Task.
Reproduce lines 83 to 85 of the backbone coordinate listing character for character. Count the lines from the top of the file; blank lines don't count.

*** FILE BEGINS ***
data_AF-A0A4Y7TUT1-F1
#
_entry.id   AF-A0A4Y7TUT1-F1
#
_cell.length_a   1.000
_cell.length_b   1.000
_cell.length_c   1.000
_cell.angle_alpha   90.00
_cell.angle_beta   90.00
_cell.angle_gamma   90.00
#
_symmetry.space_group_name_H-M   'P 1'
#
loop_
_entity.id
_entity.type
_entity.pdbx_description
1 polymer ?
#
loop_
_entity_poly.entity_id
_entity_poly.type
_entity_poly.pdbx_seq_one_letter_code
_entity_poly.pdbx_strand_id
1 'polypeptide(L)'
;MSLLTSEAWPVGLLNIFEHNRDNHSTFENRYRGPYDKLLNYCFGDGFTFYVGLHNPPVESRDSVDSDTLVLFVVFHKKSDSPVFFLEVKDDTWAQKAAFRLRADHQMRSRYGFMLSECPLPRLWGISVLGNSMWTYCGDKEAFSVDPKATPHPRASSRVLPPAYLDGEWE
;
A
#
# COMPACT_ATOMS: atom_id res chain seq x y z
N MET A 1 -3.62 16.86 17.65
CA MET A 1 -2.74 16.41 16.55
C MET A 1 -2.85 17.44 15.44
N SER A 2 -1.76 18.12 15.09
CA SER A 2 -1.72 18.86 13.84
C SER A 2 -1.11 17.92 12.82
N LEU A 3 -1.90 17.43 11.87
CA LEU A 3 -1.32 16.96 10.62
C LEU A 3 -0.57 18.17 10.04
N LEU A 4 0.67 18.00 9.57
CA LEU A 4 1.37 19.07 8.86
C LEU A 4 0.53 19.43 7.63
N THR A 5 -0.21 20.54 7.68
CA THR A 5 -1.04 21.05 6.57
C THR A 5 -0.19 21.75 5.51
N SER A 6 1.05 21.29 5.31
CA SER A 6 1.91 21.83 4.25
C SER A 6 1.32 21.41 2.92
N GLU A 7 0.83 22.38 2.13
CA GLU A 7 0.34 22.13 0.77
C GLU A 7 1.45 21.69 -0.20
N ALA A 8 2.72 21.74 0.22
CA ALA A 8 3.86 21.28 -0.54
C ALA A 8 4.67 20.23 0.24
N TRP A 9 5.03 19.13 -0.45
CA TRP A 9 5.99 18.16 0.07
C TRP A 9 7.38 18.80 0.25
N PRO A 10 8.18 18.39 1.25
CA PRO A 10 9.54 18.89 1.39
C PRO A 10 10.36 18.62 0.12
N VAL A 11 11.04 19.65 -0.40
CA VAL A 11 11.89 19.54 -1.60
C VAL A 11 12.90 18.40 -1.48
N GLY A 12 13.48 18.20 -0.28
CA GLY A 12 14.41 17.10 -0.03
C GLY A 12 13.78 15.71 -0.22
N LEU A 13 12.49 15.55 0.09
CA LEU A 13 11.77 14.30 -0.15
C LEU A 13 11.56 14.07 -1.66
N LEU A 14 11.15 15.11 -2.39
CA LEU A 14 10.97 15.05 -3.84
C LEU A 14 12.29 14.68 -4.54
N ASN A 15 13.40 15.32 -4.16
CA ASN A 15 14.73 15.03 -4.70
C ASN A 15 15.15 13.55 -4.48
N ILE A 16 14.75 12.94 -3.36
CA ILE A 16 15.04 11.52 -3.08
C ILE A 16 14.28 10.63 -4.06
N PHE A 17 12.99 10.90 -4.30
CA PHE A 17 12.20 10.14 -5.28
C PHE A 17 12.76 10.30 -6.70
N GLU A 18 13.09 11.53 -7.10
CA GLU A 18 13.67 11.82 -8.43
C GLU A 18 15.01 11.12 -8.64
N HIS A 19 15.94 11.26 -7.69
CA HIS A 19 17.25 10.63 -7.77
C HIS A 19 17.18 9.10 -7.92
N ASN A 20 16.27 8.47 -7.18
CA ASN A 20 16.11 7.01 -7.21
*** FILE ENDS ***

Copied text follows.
CA GLU A 18 13.67 11.82 -8.43
C GLU A 18 15.01 11.12 -8.64
N HIS A 19 15.94 11.26 -7.69